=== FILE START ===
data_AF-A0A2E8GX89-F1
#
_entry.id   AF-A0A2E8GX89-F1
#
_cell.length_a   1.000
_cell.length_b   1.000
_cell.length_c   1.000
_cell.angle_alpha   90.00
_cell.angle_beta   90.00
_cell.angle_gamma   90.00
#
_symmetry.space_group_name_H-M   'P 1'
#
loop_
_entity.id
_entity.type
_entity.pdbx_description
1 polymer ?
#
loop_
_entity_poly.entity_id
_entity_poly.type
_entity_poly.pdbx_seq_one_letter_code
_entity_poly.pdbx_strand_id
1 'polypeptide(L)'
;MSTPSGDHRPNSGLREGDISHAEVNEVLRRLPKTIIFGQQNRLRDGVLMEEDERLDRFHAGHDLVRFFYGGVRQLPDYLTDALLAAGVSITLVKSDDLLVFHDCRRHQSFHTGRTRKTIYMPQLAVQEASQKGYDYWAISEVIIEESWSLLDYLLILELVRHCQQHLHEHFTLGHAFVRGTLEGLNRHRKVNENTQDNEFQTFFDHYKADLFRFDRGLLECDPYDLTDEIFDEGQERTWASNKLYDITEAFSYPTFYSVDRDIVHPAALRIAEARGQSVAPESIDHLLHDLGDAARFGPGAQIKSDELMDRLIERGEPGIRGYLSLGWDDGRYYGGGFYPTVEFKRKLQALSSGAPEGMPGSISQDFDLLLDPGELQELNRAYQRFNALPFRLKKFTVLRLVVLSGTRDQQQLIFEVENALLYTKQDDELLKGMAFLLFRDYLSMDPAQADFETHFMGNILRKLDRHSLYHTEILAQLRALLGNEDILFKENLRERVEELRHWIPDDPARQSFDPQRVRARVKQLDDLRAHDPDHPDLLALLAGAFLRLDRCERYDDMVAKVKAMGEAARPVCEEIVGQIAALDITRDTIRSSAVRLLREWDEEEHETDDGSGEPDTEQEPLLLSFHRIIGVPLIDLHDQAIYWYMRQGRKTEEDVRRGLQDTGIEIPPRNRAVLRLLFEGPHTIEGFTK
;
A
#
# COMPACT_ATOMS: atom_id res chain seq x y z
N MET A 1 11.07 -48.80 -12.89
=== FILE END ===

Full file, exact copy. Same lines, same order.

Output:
data_AF-A0A2E8GX89-F1
#
_entry.id   AF-A0A2E8GX89-F1
#
_cell.length_a   1.000
_cell.length_b   1.000
_cell.length_c   1.000
_cell.angle_alpha   90.00
_cell.angle_beta   90.00
_cell.angle_gamma   90.00
#
_symmetry.space_group_name_H-M   'P 1'
#
loop_
_entity.id
_entity.type
_entity.pdbx_description
1 polymer ?
#
loop_
_entity_poly.entity_id
_entity_poly.type
_entity_poly.pdbx_seq_one_letter_code
_entity_poly.pdbx_strand_id
1 'polypeptide(L)'
;MSTPSGDHRPNSGLREGDISHAEVNEVLRRLPKTIIFGQQNRLRDGVLMEEDERLDRFHAGHDLVRFFYGGVRQLPDYLTDALLAAGVSITLVKSDDLLVFHDCRRHQSFHTGRTRKTIYMPQLAVQEASQKGYDYWAISEVIIEESWSLLDYLLILELVRHCQQHLHEHFTLGHAFVRGTLEGLNRHRKVNENTQDNEFQTFFDHYKADLFRFDRGLLECDPYDLTDEIFDEGQERTWASNKLYDITEAFSYPTFYSVDRDIVHPAALRIAEARGQSVAPESIDHLLHDLGDAARFGPGAQIKSDELMDRLIERGEPGIRGYLSLGWDDGRYYGGGFYPTVEFKRKLQALSSGAPEGMPGSISQDFDLLLDPGELQELNRAYQRFNALPFRLKKFTVLRLVVLSGTRDQQQLIFEVENALLYTKQDDELLKGMAFLLFRDYLSMDPAQADFETHFMGNILRKLDRHSLYHTEILAQLRALLGNEDILFKENLRERVEELRHWIPDDPARQSFDPQRVRARVKQLDDLRAHDPDHPDLLALLAGAFLRLDRCERYDDMVAKVKAMGEAARPVCEEIVGQIAALDITRDTIRSSAVRLLREWDEEEHETDDGSGEPDTEQEPLLLSFHRIIGVPLIDLHDQAIYWYMRQGRKTEEDVRRGLQDTGIEIPPRNRAVLRLLFEGPHTIEGFTK
;
A
#
# COMPACT_ATOMS: atom_id res chain seq x y z
N MET A 1 11.07 -48.80 -12.89